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Author Topic: New project, A Clock  (Read 3611 times)

sevenlayermuddle

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Re: New project, A Clock
« Reply #60 on: December 07, 2020, 05:12:39 PM »

Indeed I am now in data gathering mode.  I’ve treated myself to a second prototype.  It meant sacrificing a PIC as it needs to be soldered to an adapter but heck, they’re only about 30p each last time I looked.    That means one device can now be semi-permanently deployed, gathering data that I can read from screen and simply note with pencil and paper each day, to get an idea of the trends.

One compromise with the averaging is, illustrated with an extreme example... It is now nearing the shortest day and if I were to average sunrises over the past 90 days it would be skewed numerically downwards because, averages aside, the sun actually rose earlier in Autumn.  Similarly the sunsets would be skewed upwards.   Taking the average of each would not yield a useful figure for today’s daylight seconds.  It’d not even yield an average for day 45, as the changes over time are not linear.

With that in mind, I think the shorter the period of averaging the better, as the lesser the above errors will be.   I’m sure mathematics can be used to correct these errors, but I’d rather just dodge them.
« Last Edit: December 07, 2020, 05:18:19 PM by sevenlayermuddle »
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Weaver

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Re: New project, A Clock
« Reply #61 on: December 08, 2020, 04:41:29 AM »

I think that’s entirely the right approach.
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sevenlayermuddle

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Re: New project, A Clock
« Reply #62 on: December 08, 2020, 07:56:22 AM »

Bit of Eureka moment.   The device survived its first full sunset/sunrise cycle and has successfully synchronised its display with the quartz reference.   

It is telling me the time.   :yay:  :drink:  :graduate:

Clock is about 11 minutes fast compared with my wristwatch, which is slightly disappointing as true solar time today should be just a couple of minutes 4 minutes ahead for my location.  So a probable error of about 8-9 minutes.  ???

edit: Corrected solar time adjustment figure.
« Last Edit: December 08, 2020, 04:27:50 PM by sevenlayermuddle »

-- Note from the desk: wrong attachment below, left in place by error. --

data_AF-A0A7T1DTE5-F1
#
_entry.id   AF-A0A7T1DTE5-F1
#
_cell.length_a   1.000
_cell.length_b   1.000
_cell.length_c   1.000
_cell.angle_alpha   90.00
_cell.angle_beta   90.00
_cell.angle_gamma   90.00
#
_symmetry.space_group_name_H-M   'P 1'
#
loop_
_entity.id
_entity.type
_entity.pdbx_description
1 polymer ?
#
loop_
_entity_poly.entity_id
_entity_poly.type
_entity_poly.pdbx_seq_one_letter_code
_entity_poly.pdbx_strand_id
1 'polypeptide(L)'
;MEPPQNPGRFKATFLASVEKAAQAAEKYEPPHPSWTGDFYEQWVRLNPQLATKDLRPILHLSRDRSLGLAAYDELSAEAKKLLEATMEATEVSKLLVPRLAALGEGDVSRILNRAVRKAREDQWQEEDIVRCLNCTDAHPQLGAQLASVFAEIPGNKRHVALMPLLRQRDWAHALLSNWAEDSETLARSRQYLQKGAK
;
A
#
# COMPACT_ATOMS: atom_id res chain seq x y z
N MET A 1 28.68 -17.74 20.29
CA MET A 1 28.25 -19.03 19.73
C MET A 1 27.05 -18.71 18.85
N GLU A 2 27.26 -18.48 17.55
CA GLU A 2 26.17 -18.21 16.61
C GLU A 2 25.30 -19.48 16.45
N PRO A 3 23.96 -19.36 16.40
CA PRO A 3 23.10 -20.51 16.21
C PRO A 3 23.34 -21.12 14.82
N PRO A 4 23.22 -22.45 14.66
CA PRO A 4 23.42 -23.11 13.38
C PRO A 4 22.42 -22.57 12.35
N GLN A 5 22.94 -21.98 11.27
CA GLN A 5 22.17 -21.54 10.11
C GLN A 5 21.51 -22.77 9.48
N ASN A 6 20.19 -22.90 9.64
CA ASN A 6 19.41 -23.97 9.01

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Weaver

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Re: New project, A Clock
« Reply #63 on: December 08, 2020, 09:18:08 AM »

It’s always nice to get to a point like that.
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sevenlayermuddle

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Re: New project, A Clock
« Reply #64 on: December 08, 2020, 10:02:37 AM »

There's nothing like a major annoyance to start the day.

I decided that with progress made on the clock, it's high time I got my source and designs under version control.

I have my own subversion server on a Linux box, and svn client command line tools on the Mac OS are included with XCode, which Apple provide.  Except they are not, they've been deprecated.  I updated XCode a few weeks ago and have just discovered, svn command has evaporated.   :o

Most common suggestion from Google hits is to install svn via homebrew, but I whilst I have unswerving trust in the good intentions of developers of such software the fact is it weakens my system's security, leaving me vulnerable to so-called 'supply chain' attacks.  Same can be said of Linux of course, but the difference us that a 'pure' MacOS is pretty darned safe when shipped by Apple, it's a shame to break the seal, so as to speak.  Not entirely happy, now!   >:(

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Weaver

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Re: New project, A Clock
« Reply #65 on: December 08, 2020, 10:10:46 AM »

Could you build it yourself?
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sevenlayermuddle

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Re: New project, A Clock
« Reply #66 on: December 08, 2020, 11:22:14 AM »

Could you build it yourself?

I'd rather not.  But I think I have found a solution.

Since I have old versions of XCode installed, there are also old versions of svn lurking within directories you'd never think of looking... still seem to work - or at least, 'svn list' does as you'd expect.